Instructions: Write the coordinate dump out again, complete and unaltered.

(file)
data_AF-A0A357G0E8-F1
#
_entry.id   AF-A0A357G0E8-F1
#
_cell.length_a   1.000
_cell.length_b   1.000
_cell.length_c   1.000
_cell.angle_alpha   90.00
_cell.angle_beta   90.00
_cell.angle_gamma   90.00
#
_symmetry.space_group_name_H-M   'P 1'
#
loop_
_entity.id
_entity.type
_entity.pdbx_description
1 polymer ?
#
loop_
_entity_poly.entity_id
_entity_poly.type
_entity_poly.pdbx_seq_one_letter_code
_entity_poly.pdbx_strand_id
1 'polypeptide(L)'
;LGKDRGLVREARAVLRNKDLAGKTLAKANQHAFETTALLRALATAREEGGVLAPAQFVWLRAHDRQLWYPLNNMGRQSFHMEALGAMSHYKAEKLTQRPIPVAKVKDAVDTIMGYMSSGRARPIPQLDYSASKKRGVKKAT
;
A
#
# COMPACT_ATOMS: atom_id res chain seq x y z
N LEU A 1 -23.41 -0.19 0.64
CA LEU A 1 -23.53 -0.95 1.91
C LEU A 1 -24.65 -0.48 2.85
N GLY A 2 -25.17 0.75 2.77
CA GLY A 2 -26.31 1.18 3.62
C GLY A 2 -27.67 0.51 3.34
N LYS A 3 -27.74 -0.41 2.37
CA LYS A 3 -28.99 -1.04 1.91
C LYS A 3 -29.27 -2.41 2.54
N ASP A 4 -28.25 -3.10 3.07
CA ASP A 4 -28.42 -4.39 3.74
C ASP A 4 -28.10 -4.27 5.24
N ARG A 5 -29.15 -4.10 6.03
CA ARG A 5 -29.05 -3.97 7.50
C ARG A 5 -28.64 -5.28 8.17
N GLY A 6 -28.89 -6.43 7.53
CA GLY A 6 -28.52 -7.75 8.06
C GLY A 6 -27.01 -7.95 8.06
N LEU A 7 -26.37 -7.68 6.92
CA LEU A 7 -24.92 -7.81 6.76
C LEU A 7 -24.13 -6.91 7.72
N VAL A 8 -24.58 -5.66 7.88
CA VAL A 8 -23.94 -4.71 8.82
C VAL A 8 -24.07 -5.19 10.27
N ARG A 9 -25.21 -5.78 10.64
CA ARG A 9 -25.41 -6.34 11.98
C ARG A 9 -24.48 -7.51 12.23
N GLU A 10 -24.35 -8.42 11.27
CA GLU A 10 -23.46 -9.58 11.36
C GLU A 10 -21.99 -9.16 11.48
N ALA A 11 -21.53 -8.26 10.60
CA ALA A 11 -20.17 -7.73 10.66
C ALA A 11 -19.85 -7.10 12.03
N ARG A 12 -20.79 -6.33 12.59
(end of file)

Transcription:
data_AF-A0A357G0E8-F1
#
_entry.id   AF-A0A357G0E8-F1
#
_cell.length_a   1.000
_cell.length_b   1.000
_cell.length_c   1.000
_cell.angle_alpha   90.00
_cell.angle_beta   90.00
_cell.angle_gamma   90.00
#
_symmetry.space_group_name_H-M   'P 1'
#
loop_
_entity.id
_entity.type
_entity.pdbx_description
1 polymer ?
#
loop_
_entity_poly.entity_id
_entity_poly.type
_entity_poly.pdbx_seq_one_letter_code
_entity_poly.pdbx_strand_id
1 'polypeptide(L)'
;LGKDRGLVREARAVLRNKDLAGKTLAKANQHAFETTALLRALATAREEGGVLAPAQFVWLRAHDRQLWYPLNNMGRQSFHMEALGAMSHYKAEKLTQRPIPVAKVKDAVDTIMGYMSSGRARPIPQLDYSASKKRGVKKAT
;
A
#
# COMPACT_ATOMS: atom_id res chain seq x y z
N LEU A 1 -23.41 -0.19 0.64
CA LEU A 1 -23.53 -0.95 1.91
C LEU A 1 -24.65 -0.48 2.85
N GLY A 2 -25.17 0.75 2.77
CA GLY A 2 -26.31 1.18 3.62
C GLY A 2 -27.67 0.51 3.34
N LYS A 3 -27.74 -0.41 2.37
CA LYS A 3 -28.99 -1.04 1.91
C LYS A 3 -29.27 -2.41 2.54
N ASP A 4 -28.25 -3.10 3.07
CA ASP A 4 -28.42 -4.39 3.74
C ASP A 4 -28.10 -4.27 5.24
N ARG A 5 -29.15 -4.10 6.03
CA ARG A 5 -29.05 -3.97 7.50
C ARG A 5 -28.64 -5.28 8.17
N GLY A 6 -28.89 -6.43 7.53
CA GLY A 6 -28.52 -7.75 8.06
C GLY A 6 -27.01 -7.95 8.06
N LEU A 7 -26.37 -7.68 6.92
CA LEU A 7 -24.92 -7.81 6.76
C LEU A 7 -24.13 -6.91 7.72
N VAL A 8 -24.58 -5.66 7.88
CA VAL A 8 -23.94 -4.71 8.82
C VAL A 8 -24.07 -5.19 10.27
N ARG A 9 -25.21 -5.78 10.64
CA ARG A 9 -25.41 -6.34 11.98
C ARG A 9 -24.48 -7.51 12.23
N GLU A 10 -24.35 -8.42 11.27
CA GLU A 10 -23.46 -9.58 11.36
C GLU A 10 -21.99 -9.16 11.48
N ALA A 11 -21.53 -8.26 10.60
CA ALA A 11 -20.17 -7.73 10.66
C ALA A 11 -19.85 -7.10 12.03
N ARG A 12 -20.79 -6.33 12.59